1. Manual. As the name implies, this approach means doing the task "by hand", processing the string character by character. Well, this can be done, but what's the point of doing something by hand when there is a library function that does the job? Remember that in SRMs speed is important, and parsing is rarely the main part of the problem, so is should be really fast to type, and manual parsing definitely is not.
The only exception from this rule are specific tasks where the string contains a small number of short fragments in specified format, like getting moment of time from notation "HH:MM". In this case writing
hours = (time[0]-'0')*10 + (time[1]-'0');
minutes = (time[3]-'0')*10 + (time[4]-'0');
takes not much longer than using special functions and doesn't require recalling their signatures.

2. Using special parsing functions. All languages, and especially C++, have lots of built-in classes and functions for different parsing tasks. The tricky part is knowing them in details and choosing the proper one for each task, which is important both for writing your own solution and for challenging other solutions. For example, using standard method string.split (in languages where it is provided) for tasks like VLNString will produce extra zero-length strings for each extra space between the text fragments and for each leading or trailing space, which should be taken into account when processing the result. Most languages allow several solutions for each parsing task; following are several examples not covered in "Solution" section.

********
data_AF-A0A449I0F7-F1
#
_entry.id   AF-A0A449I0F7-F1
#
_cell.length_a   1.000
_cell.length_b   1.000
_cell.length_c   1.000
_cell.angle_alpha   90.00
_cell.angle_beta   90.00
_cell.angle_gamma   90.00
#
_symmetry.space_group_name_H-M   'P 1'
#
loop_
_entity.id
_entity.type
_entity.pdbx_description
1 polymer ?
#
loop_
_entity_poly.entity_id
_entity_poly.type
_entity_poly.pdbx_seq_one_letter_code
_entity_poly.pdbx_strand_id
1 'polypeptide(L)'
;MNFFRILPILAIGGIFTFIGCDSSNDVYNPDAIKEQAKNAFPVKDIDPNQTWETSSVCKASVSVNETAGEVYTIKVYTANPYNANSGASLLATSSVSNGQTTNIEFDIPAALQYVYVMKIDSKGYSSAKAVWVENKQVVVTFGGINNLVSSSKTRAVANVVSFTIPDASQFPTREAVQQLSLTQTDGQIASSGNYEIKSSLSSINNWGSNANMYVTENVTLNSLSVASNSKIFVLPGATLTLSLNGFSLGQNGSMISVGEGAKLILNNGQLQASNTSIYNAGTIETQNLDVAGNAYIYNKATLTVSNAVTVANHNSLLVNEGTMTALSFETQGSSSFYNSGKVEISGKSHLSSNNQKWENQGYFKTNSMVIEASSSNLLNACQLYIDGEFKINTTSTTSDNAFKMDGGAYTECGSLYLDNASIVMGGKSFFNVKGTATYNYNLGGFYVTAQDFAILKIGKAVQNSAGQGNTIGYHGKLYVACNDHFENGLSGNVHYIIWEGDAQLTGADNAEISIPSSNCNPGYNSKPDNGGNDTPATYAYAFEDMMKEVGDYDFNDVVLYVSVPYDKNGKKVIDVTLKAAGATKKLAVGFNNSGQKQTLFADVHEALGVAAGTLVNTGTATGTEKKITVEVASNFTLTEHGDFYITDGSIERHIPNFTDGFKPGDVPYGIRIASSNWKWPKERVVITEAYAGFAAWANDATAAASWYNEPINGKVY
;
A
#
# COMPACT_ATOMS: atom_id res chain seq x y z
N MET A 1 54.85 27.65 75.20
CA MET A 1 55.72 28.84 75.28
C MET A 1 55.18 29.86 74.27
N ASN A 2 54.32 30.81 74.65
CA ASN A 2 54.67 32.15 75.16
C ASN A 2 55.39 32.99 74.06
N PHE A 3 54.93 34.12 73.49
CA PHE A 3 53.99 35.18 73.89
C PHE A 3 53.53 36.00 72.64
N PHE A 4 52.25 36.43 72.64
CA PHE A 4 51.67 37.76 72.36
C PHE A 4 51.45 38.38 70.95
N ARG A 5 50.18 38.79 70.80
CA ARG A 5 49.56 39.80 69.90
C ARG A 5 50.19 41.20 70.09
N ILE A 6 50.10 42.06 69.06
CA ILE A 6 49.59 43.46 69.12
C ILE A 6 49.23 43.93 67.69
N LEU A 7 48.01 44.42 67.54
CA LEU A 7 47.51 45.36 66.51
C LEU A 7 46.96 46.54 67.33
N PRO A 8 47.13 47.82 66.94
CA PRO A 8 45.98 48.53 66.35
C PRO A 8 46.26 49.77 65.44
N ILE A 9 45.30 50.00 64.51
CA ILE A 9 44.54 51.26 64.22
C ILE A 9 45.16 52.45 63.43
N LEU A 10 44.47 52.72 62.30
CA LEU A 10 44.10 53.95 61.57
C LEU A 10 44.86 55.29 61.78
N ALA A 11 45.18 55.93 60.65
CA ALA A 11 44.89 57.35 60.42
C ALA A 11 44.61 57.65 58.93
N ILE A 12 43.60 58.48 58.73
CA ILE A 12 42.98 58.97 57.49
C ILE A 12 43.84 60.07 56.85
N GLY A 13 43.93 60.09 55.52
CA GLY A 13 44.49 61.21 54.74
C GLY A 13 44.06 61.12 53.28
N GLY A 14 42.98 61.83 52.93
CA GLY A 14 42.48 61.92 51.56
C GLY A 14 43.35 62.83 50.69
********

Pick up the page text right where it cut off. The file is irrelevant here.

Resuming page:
SimpleCalculator, Java
(using non-space characters as delimiters and including delimiter characters as fragments)
import java.util.*;
public class SimpleCalculator {
	public int calculate(String input)
	{	StringTokenizer st = new StringTokenizer(input, "+-/*", true);
		int n1 = Integer.parseInt(st.nextToken());
		String op = st.nextToken();
		int n2 = Integer.parseInt(st.nextToken());
		//process
	}
}

SimpleCalculator, C++
(parsing string of given format with sscanf)
#include <string>
#include <stdio.h>
 
using namespace std;
 
class SimpleCalculator {
	public:
	int calculate(string input)
	{	int n1,n2;
		char op;
		sscanf(input.c_str(),"%d%c%d",&n1,&op,&n2);
		//process
	}
};

C++ also provides a variety of C-styled parsing functions, which use strings represented as char *. They require some extra actions to convert STL strings to C-style strings and vice versa, but are generally faster than corresponding STL-based methods, so they can come handy if added to pre-written code.